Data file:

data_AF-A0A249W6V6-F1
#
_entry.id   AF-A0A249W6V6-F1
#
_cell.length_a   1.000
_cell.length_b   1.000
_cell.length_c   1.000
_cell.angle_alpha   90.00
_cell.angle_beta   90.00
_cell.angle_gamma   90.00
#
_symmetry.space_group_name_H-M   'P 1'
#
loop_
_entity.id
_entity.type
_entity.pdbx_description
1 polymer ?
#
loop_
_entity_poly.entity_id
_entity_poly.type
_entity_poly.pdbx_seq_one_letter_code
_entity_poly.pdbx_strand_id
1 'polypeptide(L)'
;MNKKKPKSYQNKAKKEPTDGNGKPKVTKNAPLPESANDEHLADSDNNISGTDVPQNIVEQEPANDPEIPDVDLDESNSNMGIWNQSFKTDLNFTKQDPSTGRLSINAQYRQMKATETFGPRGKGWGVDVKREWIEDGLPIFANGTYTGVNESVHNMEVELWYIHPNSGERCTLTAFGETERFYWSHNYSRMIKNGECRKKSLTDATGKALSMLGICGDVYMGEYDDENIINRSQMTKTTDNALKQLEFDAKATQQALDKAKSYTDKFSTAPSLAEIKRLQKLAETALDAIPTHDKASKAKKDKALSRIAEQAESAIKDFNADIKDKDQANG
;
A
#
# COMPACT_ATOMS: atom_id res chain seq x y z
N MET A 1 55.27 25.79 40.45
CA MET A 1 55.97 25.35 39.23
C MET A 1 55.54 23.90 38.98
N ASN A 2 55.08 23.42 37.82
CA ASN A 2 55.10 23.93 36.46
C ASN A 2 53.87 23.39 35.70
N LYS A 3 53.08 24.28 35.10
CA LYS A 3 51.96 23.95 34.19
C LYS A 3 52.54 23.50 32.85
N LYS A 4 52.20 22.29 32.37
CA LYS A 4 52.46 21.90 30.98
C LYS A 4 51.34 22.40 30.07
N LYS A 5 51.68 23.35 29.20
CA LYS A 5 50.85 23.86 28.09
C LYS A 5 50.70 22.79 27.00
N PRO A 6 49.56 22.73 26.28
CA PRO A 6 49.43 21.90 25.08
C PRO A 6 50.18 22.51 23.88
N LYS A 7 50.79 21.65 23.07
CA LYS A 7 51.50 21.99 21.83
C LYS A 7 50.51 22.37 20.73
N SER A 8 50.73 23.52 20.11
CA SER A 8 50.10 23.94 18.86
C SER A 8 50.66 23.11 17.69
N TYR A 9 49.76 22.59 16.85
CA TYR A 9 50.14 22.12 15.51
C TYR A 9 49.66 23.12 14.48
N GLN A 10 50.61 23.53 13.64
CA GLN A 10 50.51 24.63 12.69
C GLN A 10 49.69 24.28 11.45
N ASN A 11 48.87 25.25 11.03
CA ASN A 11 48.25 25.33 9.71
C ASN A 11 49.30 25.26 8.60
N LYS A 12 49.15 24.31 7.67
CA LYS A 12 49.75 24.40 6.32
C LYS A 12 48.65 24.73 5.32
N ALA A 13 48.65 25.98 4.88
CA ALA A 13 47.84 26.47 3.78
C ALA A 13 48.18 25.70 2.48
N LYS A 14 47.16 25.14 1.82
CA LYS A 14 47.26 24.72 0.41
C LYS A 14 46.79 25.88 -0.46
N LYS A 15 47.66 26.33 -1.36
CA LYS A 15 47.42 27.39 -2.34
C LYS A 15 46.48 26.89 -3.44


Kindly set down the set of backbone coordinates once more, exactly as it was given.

data_AF-A0A249W6V6-F1
#
_entry.id   AF-A0A249W6V6-F1
#
_cell.length_a   1.000
_cell.length_b   1.000
_cell.length_c   1.000
_cell.angle_alpha   90.00
_cell.angle_beta   90.00
_cell.angle_gamma   90.00
#
_symmetry.space_group_name_H-M   'P 1'
#
loop_
_entity.id
_entity.type
_entity.pdbx_description
1 polymer ?
#
loop_
_entity_poly.entity_id
_entity_poly.type
_entity_poly.pdbx_seq_one_letter_code
_entity_poly.pdbx_strand_id
1 'polypeptide(L)'
;MNKKKPKSYQNKAKKEPTDGNGKPKVTKNAPLPESANDEHLADSDNNISGTDVPQNIVEQEPANDPEIPDVDLDESNSNMGIWNQSFKTDLNFTKQDPSTGRLSINAQYRQMKATETFGPRGKGWGVDVKREWIEDGLPIFANGTYTGVNESVHNMEVELWYIHPNSGERCTLTAFGETERFYWSHNYSRMIKNGECRKKSLTDATGKALSMLGICGDVYMGEYDDENIINRSQMTKTTDNALKQLEFDAKATQQALDKAKSYTDKFSTAPSLAEIKRLQKLAETALDAIPTHDKASKAKKDKALSRIAEQAESAIKDFNADIKDKDQANG
;
A
#
# COMPACT_ATOMS: atom_id res chain seq x y z
N MET A 1 55.27 25.79 40.45
CA MET A 1 55.97 25.35 39.23
C MET A 1 55.54 23.90 38.98
N ASN A 2 55.08 23.42 37.82
CA ASN A 2 55.10 23.93 36.46
C ASN A 2 53.87 23.39 35.70
N LYS A 3 53.08 24.28 35.10
CA LYS A 3 51.96 23.95 34.19
C LYS A 3 52.54 23.50 32.85
N LYS A 4 52.20 22.29 32.37
CA LYS A 4 52.46 21.90 30.98
C LYS A 4 51.34 22.40 30.07
N LYS A 5 51.68 23.35 29.20
CA LYS A 5 50.85 23.86 28.09
C LYS A 5 50.70 22.79 27.00
N PRO A 6 49.56 22.73 26.28
CA PRO A 6 49.43 21.90 25.08
C PRO A 6 50.18 22.51 23.88
N LYS A 7 50.79 21.65 23.07
CA LYS A 7 51.50 21.99 21.83
C LYS A 7 50.51 22.37 20.73
N SER A 8 50.73 23.52 20.11
CA SER A 8 50.10 23.94 18.86
C SER A 8 50.66 23.11 17.69
N TYR A 9 49.76 22.59 16.85
CA TYR A 9 50.14 22.12 15.51
C TYR A 9 49.66 23.12 14.48
N GLN A 10 50.61 23.53 13.64
CA GLN A 10 50.51 24.63 12.69
C GLN A 10 49.69 24.28 11.45
N ASN A 11 48.87 25.25 11.03
CA ASN A 11 48.25 25.33 9.71
C ASN A 11 49.30 25.26 8.60
N LYS A 12 49.15 24.31 7.67
CA LYS A 12 49.75 24.40 6.32
C LYS A 12 48.65 24.73 5.32
N ALA A 13 48.65 25.98 4.88
CA ALA A 13 47.84 26.47 3.78
C ALA A 13 48.18 25.70 2.48
N LYS A 14 47.16 25.14 1.82
CA LYS A 14 47.26 24.72 0.41
C LYS A 14 46.79 25.88 -0.46
N LYS A 15 47.66 26.33 -1.36
CA LYS A 15 47.42 27.39 -2.34
C LYS A 15 46.48 26.89 -3.44